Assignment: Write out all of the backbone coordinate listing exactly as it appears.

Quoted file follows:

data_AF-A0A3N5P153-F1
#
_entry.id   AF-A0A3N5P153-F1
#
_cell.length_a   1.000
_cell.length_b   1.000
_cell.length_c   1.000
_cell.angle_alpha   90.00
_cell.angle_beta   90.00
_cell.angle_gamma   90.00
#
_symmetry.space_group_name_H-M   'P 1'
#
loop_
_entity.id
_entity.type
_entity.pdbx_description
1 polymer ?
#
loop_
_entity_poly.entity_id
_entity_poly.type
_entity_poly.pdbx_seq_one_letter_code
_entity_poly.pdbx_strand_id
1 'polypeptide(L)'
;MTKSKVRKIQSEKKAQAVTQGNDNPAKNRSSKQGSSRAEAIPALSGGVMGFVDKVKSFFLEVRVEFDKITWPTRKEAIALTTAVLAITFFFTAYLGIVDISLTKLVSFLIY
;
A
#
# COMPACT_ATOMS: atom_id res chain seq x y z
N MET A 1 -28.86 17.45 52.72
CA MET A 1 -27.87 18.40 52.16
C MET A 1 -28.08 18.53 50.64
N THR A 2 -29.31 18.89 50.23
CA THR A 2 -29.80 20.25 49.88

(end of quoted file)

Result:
data_AF-A0A3N5P153-F1
#
_entry.id   AF-A0A3N5P153-F1
#
_cell.length_a   1.000
_cell.length_b   1.000
_cell.length_c   1.000
_cell.angle_alpha   90.00
_cell.angle_beta   90.00
_cell.angle_gamma   90.00
#
_symmetry.space_group_name_H-M   'P 1'
#
loop_
_entity.id
_entity.type
_entity.pdbx_description
1 polymer ?
#
loop_
_entity_poly.entity_id
_entity_poly.type
_entity_poly.pdbx_seq_one_letter_code
_entity_poly.pdbx_strand_id
1 'polypeptide(L)'
;MTKSKVRKIQSEKKAQAVTQGNDNPAKNRSSKQGSSRAEAIPALSGGVMGFVDKVKSFFLEVRVEFDKITWPTRKEAIALTTAVLAITFFFTAYLGIVDISLTKLVSFLIY
;
A
#
# COMPACT_ATOMS: atom_id res chain seq x y z
N MET A 1 -28.86 17.45 52.72
CA MET A 1 -27.87 18.40 52.16
C MET A 1 -28.08 18.53 50.64
N THR A 2 -29.31 18.89 50.23
CA THR A 2 -29.80 20.25 49.88